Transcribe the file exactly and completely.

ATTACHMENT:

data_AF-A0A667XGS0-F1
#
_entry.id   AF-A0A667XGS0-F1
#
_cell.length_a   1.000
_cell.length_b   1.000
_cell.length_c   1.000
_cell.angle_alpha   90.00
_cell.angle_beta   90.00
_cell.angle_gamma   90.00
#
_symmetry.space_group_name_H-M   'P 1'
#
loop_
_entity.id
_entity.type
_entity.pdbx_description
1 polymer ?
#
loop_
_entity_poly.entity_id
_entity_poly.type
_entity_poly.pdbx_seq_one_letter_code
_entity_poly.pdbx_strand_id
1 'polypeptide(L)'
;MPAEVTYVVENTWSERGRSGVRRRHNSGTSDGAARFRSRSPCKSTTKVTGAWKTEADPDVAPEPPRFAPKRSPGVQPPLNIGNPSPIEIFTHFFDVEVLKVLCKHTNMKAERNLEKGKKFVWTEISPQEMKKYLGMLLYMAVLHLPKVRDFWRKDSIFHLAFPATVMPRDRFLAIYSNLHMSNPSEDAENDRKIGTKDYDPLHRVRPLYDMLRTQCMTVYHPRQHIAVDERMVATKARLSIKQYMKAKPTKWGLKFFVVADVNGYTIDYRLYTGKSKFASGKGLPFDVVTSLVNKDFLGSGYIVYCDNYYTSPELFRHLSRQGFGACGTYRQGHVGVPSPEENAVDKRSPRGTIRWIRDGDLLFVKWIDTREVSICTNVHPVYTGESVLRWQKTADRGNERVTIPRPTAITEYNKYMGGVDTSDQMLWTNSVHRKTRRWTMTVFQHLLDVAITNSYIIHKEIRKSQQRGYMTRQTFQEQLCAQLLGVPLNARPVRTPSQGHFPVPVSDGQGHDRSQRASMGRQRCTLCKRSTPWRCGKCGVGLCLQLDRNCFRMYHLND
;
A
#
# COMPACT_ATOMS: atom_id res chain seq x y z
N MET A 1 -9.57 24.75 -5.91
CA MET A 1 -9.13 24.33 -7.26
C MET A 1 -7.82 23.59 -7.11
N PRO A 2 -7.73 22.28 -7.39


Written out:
data_AF-A0A667XGS0-F1
#
_entry.id   AF-A0A667XGS0-F1
#
_cell.length_a   1.000
_cell.length_b   1.000
_cell.length_c   1.000
_cell.angle_alpha   90.00
_cell.angle_beta   90.00
_cell.angle_gamma   90.00
#
_symmetry.space_group_name_H-M   'P 1'
#
loop_
_entity.id
_entity.type
_entity.pdbx_description
1 polymer ?
#
loop_
_entity_poly.entity_id
_entity_poly.type
_entity_poly.pdbx_seq_one_letter_code
_entity_poly.pdbx_strand_id
1 'polypeptide(L)'
;MPAEVTYVVENTWSERGRSGVRRRHNSGTSDGAARFRSRSPCKSTTKVTGAWKTEADPDVAPEPPRFAPKRSPGVQPPLNIGNPSPIEIFTHFFDVEVLKVLCKHTNMKAERNLEKGKKFVWTEISPQEMKKYLGMLLYMAVLHLPKVRDFWRKDSIFHLAFPATVMPRDRFLAIYSNLHMSNPSEDAENDRKIGTKDYDPLHRVRPLYDMLRTQCMTVYHPRQHIAVDERMVATKARLSIKQYMKAKPTKWGLKFFVVADVNGYTIDYRLYTGKSKFASGKGLPFDVVTSLVNKDFLGSGYIVYCDNYYTSPELFRHLSRQGFGACGTYRQGHVGVPSPEENAVDKRSPRGTIRWIRDGDLLFVKWIDTREVSICTNVHPVYTGESVLRWQKTADRGNERVTIPRPTAITEYNKYMGGVDTSDQMLWTNSVHRKTRRWTMTVFQHLLDVAITNSYIIHKEIRKSQQRGYMTRQTFQEQLCAQLLGVPLNARPVRTPSQGHFPVPVSDGQGHDRSQRASMGRQRCTLCKRSTPWRCGKCGVGLCLQLDRNCFRMYHLND
;
A
#
# COMPACT_ATOMS: atom_id res chain seq x y z
N MET A 1 -9.57 24.75 -5.91
CA MET A 1 -9.13 24.33 -7.26
C MET A 1 -7.82 23.59 -7.11
N PRO A 2 -7.73 22.28 -7.39